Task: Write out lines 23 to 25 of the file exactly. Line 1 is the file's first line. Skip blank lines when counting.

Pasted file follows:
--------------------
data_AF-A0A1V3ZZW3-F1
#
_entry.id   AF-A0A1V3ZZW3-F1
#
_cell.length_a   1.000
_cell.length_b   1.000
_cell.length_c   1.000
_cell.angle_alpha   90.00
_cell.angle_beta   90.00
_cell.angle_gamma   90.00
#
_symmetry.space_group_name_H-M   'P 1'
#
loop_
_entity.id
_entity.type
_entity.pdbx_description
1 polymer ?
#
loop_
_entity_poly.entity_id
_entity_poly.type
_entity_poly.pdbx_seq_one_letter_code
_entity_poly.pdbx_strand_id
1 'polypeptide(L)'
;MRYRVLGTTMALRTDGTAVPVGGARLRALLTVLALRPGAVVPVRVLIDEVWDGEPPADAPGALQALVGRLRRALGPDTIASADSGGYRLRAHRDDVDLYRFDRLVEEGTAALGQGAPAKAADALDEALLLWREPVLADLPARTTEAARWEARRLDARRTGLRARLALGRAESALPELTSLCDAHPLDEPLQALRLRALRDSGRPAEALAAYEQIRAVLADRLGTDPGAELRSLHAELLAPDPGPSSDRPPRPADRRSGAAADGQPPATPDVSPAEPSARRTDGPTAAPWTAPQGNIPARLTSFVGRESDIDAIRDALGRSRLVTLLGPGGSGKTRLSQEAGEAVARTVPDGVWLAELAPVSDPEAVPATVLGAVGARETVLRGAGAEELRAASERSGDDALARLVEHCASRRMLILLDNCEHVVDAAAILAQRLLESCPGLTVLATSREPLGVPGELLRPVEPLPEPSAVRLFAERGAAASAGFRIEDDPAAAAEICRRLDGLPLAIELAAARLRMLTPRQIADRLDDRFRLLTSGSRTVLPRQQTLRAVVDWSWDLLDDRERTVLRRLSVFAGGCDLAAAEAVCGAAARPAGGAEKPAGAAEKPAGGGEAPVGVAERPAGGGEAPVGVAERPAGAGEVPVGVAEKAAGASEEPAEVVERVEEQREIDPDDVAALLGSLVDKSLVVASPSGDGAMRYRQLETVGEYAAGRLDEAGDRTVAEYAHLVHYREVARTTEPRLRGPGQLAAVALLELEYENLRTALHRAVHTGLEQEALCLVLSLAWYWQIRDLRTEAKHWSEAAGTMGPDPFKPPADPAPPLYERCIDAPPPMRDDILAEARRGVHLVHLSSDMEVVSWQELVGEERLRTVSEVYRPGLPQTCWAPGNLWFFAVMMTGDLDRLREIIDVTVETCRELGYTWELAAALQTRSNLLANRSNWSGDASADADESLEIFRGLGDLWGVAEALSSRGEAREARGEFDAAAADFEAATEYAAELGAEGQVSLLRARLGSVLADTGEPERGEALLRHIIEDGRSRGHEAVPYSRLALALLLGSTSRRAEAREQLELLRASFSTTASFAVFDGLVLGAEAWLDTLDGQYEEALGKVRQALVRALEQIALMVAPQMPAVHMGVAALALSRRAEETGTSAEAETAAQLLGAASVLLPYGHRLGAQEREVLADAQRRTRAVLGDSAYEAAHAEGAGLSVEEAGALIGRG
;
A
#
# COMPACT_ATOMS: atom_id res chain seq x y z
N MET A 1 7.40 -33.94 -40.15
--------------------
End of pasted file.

_entity_poly.pdbx_seq_one_letter_code
_entity_poly.pdbx_strand_id
1 'polypeptide(L)'